This summer, Bucholz is spending her internship at SERC-West studying what happens when you stop predators from feeding on fouling organisms. She’s hoping this will shed light on how animals that eat these organisms impact the makeup of the fouling community. Do they tend to limit the amount of invasive species? Do different types of organisms show up if the predators are absent? Do the same patterns hold true in different ecosystems? To test all this, she’s built an intricate system of suspended cages in San Francisco Marina that keep fish and other predators out. She’s also sent similar cages to sites in Panama and Alaska so that she can compare results at different latitudes. After finishing this project, she’s heading to Central Michigan University to embark on a master’s program in biology, where she’ll be studying the endangered freshwater hickorynut mussel.

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ANA SOFIA REMIS: Putting clams to the test

An intern sits next to a microscope and a white bucket with water-filled tubes next to it.

Ana Sofia Remis gets ready to weigh and photograph some of her experimental clams. Credit: Ryan Greene/SERC

Originally from Miami, Florida, Ana Sofia Remis is a dual environmental studies/design & technology student at the New School in New York City. In the past, she’s worked for a couple science-related nonprofits, but until this summer, she hadn’t had the chance to get her hands dirty in the field. Now, she’s finally getting to “work in the mud and see the animals…and work with them directly.” Specifically, she’s spending her summer conducting an experiment with Gemma gemma, an invasive clam from the Atlantic coast.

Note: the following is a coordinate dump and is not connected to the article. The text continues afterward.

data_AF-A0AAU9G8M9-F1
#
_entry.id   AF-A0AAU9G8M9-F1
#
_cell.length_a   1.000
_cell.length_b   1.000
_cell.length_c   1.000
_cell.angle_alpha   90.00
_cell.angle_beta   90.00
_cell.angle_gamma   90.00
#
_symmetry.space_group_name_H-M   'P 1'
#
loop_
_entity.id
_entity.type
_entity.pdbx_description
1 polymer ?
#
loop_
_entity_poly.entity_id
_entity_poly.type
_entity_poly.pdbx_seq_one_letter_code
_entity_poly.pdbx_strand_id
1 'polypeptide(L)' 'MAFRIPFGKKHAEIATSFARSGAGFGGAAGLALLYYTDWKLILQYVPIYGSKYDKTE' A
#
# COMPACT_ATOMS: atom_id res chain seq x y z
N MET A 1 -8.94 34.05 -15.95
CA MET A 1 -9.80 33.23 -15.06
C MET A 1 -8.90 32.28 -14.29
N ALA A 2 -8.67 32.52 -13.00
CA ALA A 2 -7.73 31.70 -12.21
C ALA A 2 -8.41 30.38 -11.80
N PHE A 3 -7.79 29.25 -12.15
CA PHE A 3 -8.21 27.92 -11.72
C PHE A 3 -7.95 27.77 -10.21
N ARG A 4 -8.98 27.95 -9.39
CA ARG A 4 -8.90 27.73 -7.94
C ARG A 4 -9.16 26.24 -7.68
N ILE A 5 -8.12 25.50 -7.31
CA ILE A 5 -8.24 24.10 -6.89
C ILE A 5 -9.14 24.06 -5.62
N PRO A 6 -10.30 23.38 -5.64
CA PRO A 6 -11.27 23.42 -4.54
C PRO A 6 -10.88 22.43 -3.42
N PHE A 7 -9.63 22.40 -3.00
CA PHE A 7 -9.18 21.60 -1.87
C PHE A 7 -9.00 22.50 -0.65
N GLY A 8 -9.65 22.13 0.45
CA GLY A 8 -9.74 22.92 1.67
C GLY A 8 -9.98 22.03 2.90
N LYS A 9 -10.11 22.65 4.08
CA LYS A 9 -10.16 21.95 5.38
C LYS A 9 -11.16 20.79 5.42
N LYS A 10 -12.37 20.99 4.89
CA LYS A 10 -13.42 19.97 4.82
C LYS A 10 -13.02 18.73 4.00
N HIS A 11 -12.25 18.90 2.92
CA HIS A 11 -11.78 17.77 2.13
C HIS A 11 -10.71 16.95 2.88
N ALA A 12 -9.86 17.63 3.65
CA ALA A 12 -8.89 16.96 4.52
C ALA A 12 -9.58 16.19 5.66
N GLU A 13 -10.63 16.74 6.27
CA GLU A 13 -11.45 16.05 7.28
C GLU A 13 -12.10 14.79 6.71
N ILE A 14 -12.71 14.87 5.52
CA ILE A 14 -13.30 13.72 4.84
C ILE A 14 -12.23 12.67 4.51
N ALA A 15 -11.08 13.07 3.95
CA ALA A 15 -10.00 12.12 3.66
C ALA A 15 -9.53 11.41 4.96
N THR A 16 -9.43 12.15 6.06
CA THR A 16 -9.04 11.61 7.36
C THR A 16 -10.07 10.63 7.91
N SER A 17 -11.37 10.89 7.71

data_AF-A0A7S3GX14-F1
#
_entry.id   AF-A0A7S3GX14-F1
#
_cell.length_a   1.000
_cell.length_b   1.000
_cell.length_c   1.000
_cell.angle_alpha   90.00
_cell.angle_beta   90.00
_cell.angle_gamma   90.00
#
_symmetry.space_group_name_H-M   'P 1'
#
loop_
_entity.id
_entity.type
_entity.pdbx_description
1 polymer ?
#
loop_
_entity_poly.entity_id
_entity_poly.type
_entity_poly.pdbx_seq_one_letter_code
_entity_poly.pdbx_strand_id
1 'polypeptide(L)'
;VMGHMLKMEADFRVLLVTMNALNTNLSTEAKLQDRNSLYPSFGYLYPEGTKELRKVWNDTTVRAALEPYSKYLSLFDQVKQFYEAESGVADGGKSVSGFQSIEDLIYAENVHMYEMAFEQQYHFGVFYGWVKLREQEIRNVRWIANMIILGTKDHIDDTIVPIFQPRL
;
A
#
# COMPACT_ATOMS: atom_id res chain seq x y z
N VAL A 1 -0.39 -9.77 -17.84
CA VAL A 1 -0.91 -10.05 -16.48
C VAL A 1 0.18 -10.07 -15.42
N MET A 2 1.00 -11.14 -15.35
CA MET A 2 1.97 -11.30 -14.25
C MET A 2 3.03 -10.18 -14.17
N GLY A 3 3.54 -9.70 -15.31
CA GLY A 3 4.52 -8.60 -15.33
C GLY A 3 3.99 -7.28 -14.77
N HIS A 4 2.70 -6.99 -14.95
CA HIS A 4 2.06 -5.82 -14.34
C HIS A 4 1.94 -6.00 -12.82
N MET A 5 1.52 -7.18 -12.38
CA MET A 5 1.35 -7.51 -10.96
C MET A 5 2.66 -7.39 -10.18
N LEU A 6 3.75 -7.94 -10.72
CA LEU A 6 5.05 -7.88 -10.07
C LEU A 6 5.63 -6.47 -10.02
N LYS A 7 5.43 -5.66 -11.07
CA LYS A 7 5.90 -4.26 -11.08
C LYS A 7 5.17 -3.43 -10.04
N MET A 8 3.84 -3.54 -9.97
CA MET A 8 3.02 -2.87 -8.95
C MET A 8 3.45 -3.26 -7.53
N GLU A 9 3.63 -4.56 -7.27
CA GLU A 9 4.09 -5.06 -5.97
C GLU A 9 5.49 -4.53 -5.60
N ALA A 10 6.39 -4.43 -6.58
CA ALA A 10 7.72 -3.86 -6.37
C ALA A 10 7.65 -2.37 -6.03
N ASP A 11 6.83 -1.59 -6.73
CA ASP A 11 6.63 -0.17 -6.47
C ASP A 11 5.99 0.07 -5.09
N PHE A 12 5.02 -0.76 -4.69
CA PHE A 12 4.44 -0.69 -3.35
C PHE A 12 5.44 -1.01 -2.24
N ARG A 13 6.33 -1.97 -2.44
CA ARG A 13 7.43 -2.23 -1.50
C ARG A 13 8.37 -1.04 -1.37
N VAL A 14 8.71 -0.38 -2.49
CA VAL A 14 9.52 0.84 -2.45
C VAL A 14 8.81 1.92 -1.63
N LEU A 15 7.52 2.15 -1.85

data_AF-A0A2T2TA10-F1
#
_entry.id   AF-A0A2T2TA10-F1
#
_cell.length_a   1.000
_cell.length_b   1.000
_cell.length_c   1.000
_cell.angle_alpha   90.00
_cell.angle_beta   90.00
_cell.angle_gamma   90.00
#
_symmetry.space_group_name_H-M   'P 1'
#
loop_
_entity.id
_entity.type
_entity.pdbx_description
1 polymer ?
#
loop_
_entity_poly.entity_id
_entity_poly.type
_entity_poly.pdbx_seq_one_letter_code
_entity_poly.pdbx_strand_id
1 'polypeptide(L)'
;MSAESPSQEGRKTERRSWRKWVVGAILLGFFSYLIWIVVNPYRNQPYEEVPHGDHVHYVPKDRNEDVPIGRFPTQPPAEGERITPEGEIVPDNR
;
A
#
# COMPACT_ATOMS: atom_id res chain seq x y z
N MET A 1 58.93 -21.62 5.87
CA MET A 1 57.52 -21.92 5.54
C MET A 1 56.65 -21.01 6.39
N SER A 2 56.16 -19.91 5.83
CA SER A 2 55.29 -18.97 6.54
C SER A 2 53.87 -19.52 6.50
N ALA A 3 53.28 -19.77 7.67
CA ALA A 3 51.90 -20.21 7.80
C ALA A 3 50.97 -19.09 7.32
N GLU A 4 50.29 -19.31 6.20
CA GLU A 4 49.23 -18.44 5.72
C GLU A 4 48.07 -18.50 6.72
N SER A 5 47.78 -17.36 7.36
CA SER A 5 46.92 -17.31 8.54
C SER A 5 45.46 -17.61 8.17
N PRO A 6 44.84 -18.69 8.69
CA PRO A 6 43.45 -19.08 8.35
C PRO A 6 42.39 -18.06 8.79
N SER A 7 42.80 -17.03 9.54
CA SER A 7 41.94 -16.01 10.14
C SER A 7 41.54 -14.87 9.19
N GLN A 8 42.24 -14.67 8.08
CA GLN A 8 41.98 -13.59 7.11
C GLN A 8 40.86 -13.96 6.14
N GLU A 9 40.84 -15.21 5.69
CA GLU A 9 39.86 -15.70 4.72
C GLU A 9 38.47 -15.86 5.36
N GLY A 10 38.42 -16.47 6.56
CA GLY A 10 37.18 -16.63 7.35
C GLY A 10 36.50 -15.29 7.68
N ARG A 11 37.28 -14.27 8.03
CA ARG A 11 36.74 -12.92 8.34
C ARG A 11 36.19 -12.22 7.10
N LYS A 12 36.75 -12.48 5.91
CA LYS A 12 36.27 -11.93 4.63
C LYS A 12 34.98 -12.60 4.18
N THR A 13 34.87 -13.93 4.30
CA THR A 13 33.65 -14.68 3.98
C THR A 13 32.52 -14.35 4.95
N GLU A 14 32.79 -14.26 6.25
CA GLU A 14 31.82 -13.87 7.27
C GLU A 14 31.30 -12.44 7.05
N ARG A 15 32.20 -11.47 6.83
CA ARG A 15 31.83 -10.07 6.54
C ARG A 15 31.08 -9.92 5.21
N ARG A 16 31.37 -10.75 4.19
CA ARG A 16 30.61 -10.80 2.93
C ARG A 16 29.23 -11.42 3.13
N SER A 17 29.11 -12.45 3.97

Given the extremely wet winter San Francisco experienced this year, and the subsequent inundation of freshwater into the Bay, Remis wants to put Gemma gemma to the test to figure out how well it can survive in less salty water. To do this, she’s designed an experimental setup that exposes the clams to water of different salinities over the course of several weeks. Though she admits these small mollusks aren’t necessarily the most charismatic, she enjoys their company and imagines they’d like to snuggle if they could.

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RYAN GREENE: Translating marine science

An intern sits next to a microscope and a laptop.

Ryan Greene drafts a version of this blog post in the lab at SERC-West. Credit: Elena Huynh/SERC

As for me, I’m a desert kid from Phoenix, Arizona. This past December I graduated from Brown University, where I studied biology and creative writing. Since April I’ve been working as a bi-coastal science writing intern at SERC. For the first couple months, I was stationed at the main campus in Maryland, and now I’m at SERC-West in California. During this time, I’ve tagged along with scientists in the field, snapped photos, and written up snippets about SERC’s wide-ranging research.

I think about science writing as a form of translation—not a way to dumb things down, but rather a way to reach out to new audiences. To this end, I’ve created SERC-related media that people can read, hear, look at, and even touch. Going forward, I hope to continue working on multimedia approaches to science communication while beginning to develop bilingual resources for SERC’s native oyster restoration project here in San Francisco Bay.

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If you’re interested in learning more about internships at SERC, check out the internships page on our website. For information on internship opportunities at the Smithsonian more broadly, visit the Smithsonian’s Office of Fellowships and Internships.